So we’re standing there and Jerita Howard, the proprietress of this kitchen, slides a baking tray out from the cooling rack and with a spatula she deftly removes a cookie and offers it to her visitor. And there it is—all red velvet and white chocolate, almost too hot to eat but not quite. Soft and chewy and oh-so-delicious.
This is the bakery of One Smart Cookie—maybe better thought of as onesmartcookie.com, because it’s more online store than retail shop. The public doesn’t come here at all, in fact. Jerita Howard’s creations depart from here in delivery vehicles and, even more often, in express shipment packaging.
“When I started this business five years ago I wanted to target college students,” Howard said. “The idea was that parents could get cookies delivered to their kids.”
But she found there was no reliable way of contacting those parents with her message. So she turned to targeting businesses. And that’s when things took off.
“I contacted businesses about ‘client appreciation gifts.’ Today, 75 percent of my business comes from corporate clients.”
Most of the goods stay in Texas, but Howard does ship all over the world. Her main product is a gourmet cookie gift package: either two dozen cookies or two dozen brownies, or some combination of each. Her recipe is one handed down from her great-grandmother.
“This business has been very rewarding,” Howard said. But the No. 1 thing is, I did not spend a lot of money to start it. I didn’t get any kind of loan. Just started with used equipment and worked myself day and night researching how I wanted my website to look. As my business grew, I would add another oven. Maybe a new mixer. One thing you need, too, is to use only the finest ingredients. I never scrimp there. Only real butter. The finest chocolates. The finest vanilla.”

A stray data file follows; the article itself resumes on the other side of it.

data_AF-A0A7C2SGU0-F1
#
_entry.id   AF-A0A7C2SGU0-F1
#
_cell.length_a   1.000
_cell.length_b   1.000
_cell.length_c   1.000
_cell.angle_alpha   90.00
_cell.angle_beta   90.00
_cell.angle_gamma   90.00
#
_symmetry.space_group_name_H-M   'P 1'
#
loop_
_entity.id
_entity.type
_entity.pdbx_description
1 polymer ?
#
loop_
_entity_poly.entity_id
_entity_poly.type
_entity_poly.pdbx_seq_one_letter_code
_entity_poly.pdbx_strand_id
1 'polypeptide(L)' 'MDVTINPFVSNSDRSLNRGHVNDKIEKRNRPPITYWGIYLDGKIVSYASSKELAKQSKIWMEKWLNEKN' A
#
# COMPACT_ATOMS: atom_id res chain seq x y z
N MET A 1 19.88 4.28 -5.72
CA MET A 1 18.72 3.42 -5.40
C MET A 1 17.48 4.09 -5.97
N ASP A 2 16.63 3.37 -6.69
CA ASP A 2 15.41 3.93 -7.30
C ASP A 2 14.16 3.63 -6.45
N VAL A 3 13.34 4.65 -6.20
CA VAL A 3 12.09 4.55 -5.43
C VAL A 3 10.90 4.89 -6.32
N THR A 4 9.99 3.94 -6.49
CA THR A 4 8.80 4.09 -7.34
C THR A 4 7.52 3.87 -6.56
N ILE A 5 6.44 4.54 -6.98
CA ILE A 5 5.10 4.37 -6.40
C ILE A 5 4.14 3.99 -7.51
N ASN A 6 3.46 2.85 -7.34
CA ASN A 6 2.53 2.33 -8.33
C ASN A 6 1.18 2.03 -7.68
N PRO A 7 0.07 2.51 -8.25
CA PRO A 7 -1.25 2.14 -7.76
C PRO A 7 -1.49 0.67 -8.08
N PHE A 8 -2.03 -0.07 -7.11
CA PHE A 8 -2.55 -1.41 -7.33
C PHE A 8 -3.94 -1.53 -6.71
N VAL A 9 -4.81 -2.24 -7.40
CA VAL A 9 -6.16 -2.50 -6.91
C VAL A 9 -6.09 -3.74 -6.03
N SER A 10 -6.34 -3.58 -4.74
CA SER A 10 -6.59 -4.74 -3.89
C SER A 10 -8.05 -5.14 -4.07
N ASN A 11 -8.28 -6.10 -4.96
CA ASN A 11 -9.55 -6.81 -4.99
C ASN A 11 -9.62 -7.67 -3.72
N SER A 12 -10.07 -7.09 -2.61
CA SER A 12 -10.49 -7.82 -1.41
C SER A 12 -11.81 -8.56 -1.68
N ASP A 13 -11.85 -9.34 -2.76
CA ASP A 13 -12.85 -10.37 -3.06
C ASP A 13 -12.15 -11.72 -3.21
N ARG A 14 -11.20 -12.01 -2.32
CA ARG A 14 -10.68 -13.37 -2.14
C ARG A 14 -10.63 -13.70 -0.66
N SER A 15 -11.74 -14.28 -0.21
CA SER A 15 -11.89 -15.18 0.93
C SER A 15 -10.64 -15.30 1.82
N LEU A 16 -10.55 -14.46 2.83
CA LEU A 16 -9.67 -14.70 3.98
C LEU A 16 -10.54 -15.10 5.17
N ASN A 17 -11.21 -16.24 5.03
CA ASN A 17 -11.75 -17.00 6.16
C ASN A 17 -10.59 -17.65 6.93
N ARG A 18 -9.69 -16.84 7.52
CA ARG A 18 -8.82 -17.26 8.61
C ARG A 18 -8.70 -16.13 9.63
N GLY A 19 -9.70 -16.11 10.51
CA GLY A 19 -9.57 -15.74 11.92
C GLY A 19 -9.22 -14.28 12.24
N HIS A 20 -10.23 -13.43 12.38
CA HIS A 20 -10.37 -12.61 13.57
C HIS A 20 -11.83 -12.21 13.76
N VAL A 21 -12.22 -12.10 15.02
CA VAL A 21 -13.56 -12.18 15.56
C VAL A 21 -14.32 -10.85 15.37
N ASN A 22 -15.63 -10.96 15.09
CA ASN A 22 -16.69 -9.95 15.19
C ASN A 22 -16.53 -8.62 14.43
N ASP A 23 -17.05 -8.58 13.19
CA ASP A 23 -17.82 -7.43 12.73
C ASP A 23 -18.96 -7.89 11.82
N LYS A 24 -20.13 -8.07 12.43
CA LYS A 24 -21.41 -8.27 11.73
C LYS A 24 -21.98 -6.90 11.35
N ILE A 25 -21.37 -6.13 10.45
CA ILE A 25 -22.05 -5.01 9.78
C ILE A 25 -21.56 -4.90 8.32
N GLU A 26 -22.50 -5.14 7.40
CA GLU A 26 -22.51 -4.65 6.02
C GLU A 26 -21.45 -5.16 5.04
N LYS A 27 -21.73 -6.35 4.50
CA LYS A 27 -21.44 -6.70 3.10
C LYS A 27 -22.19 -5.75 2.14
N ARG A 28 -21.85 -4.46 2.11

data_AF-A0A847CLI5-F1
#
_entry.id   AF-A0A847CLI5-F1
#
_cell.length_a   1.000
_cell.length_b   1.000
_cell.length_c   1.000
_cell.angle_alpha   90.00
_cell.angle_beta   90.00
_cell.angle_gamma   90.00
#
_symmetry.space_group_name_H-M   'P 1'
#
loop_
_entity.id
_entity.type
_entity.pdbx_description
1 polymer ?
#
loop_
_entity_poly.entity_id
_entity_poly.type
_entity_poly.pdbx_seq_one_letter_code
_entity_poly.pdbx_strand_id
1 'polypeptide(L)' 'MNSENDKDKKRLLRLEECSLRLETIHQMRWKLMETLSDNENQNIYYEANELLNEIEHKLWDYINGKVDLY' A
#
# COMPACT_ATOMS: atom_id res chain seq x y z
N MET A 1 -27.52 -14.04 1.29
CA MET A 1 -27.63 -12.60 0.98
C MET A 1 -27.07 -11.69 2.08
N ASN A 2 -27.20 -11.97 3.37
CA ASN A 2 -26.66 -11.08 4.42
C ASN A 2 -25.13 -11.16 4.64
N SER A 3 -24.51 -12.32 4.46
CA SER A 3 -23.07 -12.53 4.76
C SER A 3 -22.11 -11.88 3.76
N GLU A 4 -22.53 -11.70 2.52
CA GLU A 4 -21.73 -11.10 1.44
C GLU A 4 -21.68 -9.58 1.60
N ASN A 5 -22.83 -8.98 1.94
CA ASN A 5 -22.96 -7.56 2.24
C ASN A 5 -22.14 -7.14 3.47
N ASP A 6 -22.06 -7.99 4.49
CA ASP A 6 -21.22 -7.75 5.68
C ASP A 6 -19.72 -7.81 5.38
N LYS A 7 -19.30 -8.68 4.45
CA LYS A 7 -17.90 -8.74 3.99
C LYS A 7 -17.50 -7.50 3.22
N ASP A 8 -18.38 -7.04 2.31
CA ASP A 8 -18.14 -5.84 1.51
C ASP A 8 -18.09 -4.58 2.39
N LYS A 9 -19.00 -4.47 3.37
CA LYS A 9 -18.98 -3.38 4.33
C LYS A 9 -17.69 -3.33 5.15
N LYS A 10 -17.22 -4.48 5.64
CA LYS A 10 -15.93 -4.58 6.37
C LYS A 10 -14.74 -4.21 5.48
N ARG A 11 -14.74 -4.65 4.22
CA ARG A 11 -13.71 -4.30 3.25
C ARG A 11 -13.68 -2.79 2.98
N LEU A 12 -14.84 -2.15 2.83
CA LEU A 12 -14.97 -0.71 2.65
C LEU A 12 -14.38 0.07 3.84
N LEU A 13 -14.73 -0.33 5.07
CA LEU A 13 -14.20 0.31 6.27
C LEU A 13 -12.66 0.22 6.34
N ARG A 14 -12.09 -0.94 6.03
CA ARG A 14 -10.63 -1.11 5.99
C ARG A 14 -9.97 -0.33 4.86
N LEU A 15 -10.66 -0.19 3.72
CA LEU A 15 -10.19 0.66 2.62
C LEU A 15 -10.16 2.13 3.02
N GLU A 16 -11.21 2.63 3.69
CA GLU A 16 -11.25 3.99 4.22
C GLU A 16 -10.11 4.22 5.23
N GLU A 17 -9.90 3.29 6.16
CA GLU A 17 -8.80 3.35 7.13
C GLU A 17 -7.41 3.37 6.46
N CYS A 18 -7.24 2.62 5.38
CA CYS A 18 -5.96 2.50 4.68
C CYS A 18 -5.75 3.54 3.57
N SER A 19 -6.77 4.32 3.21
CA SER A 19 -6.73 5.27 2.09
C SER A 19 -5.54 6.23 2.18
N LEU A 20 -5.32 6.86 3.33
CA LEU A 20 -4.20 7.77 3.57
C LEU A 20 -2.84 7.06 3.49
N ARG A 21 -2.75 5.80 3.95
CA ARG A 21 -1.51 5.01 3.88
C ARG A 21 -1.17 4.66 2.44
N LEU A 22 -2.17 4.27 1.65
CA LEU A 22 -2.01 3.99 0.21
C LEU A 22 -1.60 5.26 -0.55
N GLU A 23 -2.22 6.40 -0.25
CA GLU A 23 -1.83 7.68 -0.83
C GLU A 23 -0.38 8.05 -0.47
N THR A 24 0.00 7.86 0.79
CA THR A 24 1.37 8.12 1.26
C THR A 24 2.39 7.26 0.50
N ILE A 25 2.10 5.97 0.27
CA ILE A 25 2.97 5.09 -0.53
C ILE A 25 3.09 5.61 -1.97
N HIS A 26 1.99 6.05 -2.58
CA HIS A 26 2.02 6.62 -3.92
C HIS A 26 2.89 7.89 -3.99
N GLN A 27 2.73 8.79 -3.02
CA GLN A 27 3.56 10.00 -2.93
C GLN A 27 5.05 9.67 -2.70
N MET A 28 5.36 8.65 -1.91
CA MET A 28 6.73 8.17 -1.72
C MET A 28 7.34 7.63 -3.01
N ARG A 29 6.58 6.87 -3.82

College students and foreign (Bhudanese) refugees are the main labor pool for Howard, who likes the college students as seasonal hires for their creative flair and the refugees for their good-heartedness and their grasp. (“You tell them once and they get it. They’re like sponges.”) It was a year ago that she started assisting refugees at her church, Southern Hills Church of Christ. The stories she heard from them about refugee camps were heart-wrenching. When she gave jobs to some of the individuals, she found them to be “a godsend”—smart and conscientious.
Howard herself is, in the words of her longtime friends, a unique individual. Dr. Virginia Connally says that “everyone considers Jerita their best friend. She is
intelligent, decisive, resourceful, untiring, optimistic, caring, beautiful, and humble.” Rhonda Dolt, who has mentored Howard, calls her “bold and spiritual, with a confidence that is attractive.” She laughs. “And she has lots of chutzpah!” And Deonna Galbraith, a friend of 20 years, says she has known Howard through ups and downs, and that her friend “has always retained her sweet spirit.”
Sweet spirit, yes, and now another kind of sweetness as well.
“Jerita uses her cooking to spread her sweet spirit around,” Dolt added.